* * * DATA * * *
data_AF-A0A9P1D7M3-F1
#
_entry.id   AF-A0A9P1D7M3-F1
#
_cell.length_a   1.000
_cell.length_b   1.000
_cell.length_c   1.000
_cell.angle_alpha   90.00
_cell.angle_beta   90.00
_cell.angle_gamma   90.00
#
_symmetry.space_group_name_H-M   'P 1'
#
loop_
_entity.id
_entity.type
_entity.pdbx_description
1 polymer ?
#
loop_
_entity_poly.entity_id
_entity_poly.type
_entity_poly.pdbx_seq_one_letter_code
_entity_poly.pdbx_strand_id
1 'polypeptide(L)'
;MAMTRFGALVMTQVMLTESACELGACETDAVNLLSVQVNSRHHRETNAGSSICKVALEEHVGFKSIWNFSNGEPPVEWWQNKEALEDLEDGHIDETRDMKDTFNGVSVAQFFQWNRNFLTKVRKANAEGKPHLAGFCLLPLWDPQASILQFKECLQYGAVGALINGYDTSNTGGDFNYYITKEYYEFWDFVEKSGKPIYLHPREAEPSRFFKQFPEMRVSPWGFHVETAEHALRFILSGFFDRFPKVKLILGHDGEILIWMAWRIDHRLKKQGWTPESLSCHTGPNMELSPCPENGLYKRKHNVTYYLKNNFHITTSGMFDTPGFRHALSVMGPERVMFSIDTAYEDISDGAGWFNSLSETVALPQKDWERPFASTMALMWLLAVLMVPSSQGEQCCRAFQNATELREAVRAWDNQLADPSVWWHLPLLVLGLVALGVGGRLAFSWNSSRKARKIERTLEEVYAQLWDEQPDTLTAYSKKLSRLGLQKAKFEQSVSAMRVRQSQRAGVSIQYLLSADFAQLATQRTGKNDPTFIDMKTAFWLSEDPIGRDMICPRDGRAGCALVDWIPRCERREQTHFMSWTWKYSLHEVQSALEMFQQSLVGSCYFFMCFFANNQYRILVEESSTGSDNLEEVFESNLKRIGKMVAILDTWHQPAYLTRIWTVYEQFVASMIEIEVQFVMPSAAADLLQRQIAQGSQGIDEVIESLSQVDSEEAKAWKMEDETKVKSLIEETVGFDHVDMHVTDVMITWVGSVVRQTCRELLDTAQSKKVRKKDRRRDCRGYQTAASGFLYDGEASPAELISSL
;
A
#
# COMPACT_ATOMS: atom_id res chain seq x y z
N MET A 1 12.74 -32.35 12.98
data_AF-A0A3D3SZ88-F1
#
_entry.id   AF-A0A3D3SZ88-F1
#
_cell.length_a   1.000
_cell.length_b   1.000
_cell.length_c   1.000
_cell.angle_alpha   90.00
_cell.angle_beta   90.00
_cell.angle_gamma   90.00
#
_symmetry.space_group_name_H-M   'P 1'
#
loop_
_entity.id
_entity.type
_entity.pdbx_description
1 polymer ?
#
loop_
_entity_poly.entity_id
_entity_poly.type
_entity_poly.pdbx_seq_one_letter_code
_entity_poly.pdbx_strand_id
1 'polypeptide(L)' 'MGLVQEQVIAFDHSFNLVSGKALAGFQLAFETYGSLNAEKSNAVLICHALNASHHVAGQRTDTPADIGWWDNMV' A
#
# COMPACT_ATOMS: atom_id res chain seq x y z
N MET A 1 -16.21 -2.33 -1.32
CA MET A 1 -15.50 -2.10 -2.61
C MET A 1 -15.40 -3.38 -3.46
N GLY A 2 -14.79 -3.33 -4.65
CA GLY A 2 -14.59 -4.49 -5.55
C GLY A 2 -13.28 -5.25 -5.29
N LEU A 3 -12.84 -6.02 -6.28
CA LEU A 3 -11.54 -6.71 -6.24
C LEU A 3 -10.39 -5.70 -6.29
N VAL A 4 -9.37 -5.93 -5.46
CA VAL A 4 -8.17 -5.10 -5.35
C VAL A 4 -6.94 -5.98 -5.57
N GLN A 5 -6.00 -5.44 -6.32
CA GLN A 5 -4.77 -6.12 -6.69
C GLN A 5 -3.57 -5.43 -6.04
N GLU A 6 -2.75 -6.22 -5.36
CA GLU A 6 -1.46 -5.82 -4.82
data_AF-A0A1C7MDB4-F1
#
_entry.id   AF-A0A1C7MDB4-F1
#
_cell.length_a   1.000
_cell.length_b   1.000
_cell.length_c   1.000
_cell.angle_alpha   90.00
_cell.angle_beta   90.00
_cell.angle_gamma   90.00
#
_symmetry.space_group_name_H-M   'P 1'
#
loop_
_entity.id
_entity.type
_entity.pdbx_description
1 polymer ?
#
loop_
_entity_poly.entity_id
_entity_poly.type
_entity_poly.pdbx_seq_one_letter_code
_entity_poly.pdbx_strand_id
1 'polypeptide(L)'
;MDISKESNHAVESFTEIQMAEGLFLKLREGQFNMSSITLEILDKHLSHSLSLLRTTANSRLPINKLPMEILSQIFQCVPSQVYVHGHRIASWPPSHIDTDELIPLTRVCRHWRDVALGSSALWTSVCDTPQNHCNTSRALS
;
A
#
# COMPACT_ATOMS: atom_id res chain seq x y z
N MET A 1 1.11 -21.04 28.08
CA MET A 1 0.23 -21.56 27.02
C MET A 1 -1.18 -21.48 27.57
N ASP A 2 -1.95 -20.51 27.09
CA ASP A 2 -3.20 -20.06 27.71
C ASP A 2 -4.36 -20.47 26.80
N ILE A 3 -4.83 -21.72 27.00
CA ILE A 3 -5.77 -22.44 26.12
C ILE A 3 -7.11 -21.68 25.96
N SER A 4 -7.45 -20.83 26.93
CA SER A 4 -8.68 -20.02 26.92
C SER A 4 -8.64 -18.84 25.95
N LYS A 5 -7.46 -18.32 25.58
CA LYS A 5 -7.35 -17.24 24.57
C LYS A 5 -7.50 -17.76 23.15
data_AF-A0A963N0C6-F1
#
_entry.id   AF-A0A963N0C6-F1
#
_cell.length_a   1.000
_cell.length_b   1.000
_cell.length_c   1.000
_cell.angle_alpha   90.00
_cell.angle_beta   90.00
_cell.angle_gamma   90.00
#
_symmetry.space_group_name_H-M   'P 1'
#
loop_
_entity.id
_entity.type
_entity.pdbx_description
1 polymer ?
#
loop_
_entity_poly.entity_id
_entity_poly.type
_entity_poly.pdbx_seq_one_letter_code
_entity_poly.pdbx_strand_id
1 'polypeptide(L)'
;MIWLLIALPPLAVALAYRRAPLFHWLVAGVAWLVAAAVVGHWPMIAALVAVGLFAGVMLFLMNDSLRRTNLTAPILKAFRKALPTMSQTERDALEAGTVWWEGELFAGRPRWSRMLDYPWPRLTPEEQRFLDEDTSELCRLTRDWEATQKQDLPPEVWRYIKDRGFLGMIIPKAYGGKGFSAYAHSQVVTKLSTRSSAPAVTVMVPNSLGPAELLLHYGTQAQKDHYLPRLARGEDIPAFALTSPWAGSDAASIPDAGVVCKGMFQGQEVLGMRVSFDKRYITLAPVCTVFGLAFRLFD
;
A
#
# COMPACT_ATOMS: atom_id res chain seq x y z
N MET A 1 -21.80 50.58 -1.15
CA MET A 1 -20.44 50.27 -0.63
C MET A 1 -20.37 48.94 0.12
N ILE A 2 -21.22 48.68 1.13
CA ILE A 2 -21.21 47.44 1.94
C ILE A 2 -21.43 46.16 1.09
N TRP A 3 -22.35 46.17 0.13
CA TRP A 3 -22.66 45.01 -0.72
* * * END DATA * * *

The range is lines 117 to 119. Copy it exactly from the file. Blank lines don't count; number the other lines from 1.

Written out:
C SER A 4 -8.64 -18.84 25.95
N LYS A 5 -7.46 -18.32 25.58
CA LYS A 5 -7.35 -17.24 24.57